University of New Mexico

University of New Mexico Chapter of Sigma Xi Science and Society Distinguished Public Lecture Series 


Co-sponsored by the Albuquerque Section of the Institute of Electrical & Electronic Engineers (IEEE) and its Life Members Affinity Group, Sigma Xi (the Scientific Research Society), the Department of Physics & Astronomy, and the Division of Continuing Education.

Free and open to the public

5:30 PM

UNM Conference Center 1634 University Blvd NE, Albuquerque, NM

Meet and greet with refreshments at 5 PM

7 September 2017:
Addressing Lithium-ion Battery Resilience

Heather Barkholtz, Sandia National Laboratory

19 October 2017
Severe Thunderstorms and Tornadoes – Understanding Them and Staying Safe

Gregory S. Forbes, The Weather Channel

16 November 2017

Why Are We Here?: The Mystery of Matter?”
Wick Haxton, UC Berkeley

25 January 2018:  
How To Tame a Fox (And Build a Dog)

Lee Alan Dugatkin, University of Louisville

15 February 2018
Manufacturing of Silicon Materials for Microelectronics and PV 
Babu Chalamala, Sandia National Laboratory

22 March 2018:

Can Your iPhone Check if Your Food is Safe? - Nanosensors for Rapid
Detection of Food Pathogens
Omowunmi Sadik, State University of NY, Binghamton

19 April 2018:

Fukushima and the Future of Nuclear Energy
M. V. Ramana, Princeton University

14 May 2018

Annual Sigma Xi/IEEE awards banquet
Sheraton Albuquerque Uptown

A Voyage to the Moon on Saturn's Wngs
Dr. Harrison H. Schmitt



Upcoming Events

  • Can Your iPhone Check if Your Food is Safe? Nanosensors for rapid detection of food pathogens

    Mar 22, 5:30 PM - 6:30 PM (MT)
    Can Your iPhone Check if Your Food is Safe? Nanosensors for rapid detection of food pathogens
    Dr. Omowunmi Sadik
    Thursday, March 22, 2018 5:30 PM
    Meet and Greet at 5
    The University of New Mexico Conference Center, Auditorium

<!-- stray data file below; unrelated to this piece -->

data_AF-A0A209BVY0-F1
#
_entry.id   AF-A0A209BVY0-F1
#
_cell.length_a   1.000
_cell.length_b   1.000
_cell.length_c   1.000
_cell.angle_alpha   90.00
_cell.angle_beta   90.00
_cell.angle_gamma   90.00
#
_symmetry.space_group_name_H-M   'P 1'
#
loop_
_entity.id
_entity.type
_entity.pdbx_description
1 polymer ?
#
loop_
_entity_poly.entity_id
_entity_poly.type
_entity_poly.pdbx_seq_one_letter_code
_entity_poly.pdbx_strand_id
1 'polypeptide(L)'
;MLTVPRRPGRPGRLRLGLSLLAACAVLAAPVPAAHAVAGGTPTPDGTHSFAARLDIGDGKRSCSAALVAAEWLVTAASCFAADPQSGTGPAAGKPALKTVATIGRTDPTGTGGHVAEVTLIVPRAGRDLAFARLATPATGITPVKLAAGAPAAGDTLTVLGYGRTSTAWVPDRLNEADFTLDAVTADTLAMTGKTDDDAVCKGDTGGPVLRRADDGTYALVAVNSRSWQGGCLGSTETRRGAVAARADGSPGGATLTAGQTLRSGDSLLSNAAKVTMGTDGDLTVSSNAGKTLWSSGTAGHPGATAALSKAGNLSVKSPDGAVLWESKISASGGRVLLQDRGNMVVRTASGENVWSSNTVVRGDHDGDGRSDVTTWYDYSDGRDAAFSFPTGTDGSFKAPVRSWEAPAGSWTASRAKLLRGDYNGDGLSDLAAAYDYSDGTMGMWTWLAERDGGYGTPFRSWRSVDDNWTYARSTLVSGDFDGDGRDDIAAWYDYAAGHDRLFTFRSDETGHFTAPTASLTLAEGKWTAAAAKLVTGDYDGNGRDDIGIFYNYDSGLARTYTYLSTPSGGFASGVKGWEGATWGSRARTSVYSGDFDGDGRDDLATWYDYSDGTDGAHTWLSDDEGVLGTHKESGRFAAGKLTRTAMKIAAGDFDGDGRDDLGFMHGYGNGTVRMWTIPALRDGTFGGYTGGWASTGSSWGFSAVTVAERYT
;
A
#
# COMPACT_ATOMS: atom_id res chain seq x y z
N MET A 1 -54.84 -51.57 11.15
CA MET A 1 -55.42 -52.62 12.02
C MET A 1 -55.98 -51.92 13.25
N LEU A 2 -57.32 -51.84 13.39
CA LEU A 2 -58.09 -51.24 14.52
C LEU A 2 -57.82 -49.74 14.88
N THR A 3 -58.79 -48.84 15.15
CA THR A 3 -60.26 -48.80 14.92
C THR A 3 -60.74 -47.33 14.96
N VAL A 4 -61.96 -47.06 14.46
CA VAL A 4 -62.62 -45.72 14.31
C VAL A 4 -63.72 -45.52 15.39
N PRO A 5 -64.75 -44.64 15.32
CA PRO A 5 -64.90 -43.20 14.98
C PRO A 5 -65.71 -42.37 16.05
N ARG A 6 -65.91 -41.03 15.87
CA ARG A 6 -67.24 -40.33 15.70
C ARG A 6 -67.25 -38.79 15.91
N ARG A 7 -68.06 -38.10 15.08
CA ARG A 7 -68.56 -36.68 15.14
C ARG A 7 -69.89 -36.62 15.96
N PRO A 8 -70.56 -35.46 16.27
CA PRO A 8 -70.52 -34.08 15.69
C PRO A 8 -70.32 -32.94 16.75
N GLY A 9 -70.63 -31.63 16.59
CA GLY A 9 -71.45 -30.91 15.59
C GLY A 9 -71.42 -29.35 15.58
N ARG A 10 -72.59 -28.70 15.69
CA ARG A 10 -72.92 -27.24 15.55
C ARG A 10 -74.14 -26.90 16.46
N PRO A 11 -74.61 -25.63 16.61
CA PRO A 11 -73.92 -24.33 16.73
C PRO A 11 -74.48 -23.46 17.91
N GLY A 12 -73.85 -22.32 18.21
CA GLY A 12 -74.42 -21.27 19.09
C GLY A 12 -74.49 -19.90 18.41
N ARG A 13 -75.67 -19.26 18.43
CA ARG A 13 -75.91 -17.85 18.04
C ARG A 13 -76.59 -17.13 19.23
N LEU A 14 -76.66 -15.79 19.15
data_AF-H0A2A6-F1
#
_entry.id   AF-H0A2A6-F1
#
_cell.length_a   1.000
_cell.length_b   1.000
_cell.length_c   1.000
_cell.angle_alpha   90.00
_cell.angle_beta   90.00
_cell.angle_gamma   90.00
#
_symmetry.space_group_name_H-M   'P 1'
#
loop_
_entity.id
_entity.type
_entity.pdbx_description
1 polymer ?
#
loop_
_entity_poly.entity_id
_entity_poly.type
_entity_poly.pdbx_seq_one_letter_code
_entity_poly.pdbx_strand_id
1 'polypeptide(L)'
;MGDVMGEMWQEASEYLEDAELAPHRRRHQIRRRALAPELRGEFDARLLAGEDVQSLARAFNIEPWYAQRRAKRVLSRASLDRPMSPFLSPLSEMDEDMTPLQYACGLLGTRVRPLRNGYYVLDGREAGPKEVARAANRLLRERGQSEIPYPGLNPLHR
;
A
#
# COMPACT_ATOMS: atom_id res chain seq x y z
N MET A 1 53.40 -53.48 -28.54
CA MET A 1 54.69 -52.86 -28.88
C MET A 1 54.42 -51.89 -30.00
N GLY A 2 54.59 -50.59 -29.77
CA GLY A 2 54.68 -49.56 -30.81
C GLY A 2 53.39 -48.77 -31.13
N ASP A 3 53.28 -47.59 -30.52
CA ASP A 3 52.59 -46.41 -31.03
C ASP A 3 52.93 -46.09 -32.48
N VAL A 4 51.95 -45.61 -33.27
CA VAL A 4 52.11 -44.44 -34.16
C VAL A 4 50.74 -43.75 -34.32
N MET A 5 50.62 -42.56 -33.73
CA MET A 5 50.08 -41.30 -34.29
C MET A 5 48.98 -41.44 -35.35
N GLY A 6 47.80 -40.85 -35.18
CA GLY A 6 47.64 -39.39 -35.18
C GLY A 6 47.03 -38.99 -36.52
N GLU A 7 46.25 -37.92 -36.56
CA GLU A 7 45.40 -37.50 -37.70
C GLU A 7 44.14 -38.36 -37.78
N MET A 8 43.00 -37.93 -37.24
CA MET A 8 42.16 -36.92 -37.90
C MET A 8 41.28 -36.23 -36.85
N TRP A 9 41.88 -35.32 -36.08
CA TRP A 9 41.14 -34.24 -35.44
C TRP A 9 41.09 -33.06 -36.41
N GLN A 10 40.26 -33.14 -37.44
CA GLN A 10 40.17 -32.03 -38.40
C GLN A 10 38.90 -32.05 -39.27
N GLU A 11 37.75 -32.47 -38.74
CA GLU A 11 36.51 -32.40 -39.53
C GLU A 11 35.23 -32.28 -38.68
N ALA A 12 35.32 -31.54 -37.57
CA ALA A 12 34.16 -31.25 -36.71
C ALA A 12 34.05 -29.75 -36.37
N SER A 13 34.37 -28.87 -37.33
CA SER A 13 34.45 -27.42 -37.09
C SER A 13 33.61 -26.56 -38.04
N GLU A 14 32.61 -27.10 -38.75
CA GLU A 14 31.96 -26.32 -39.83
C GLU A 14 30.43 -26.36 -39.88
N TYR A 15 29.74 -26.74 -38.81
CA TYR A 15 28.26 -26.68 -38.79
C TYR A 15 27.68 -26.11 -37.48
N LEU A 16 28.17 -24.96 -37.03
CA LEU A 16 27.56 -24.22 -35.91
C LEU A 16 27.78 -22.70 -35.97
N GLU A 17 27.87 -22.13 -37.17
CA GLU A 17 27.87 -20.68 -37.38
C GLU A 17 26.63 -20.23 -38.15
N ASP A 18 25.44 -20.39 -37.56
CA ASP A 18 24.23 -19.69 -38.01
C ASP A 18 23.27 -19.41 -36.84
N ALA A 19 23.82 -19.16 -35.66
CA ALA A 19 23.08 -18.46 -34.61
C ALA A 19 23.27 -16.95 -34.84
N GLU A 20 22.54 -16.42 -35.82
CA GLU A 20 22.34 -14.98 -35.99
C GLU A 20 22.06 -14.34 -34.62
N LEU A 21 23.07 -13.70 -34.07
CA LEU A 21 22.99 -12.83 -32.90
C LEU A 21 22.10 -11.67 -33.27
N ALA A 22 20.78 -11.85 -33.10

1634 University Blvd. NE
    Free and Open to the Public
    Pizza with the speaker will follow the lecture

    Omowunmi (Wunmi) Sadik is Professor of Chemistry & Director, Center for Advanced Sensors & Environmental Systems at State University of New York at Binghamton (SUNY-Binghamton). Her research areas include surface chemistry, sensors, and new measurement approaches and their application to solving problems in biological system, energy and the environment. Sadik holds five U.S. patents for her work on biosensors.

    Abstract: Rapid and accurate detection of food and waterborne pathogens is important because millions of people suffer from food poisoning every year, resulting in hospitalization and death. The Center for Disease Control has estimated that 48 million people suffer from food-borne pathogens every year. Current methods of pathogen detection are time consuming, expensive, and often require specialized training. Hence early detection of bacterial pathogens is difficult. Contaminated products may pass through the screening process undetected. A false positive that a food item is contaminated may also result in unnecessary recall of the item and a negative impact on the economy. E. coli, being one of the most widely used indicators for fecal contamination, is a rational choice for determining the safety of food. We have developed nano-structured sensor/membranes capable of rapid, ultrasensitive, and highly selective detection
    of E.coli and other pathogens. This talk will explore how the pattern of lines on our nano-structured membranes could be analyzed visually and with mobile phones
    Albuquerque, NM, United States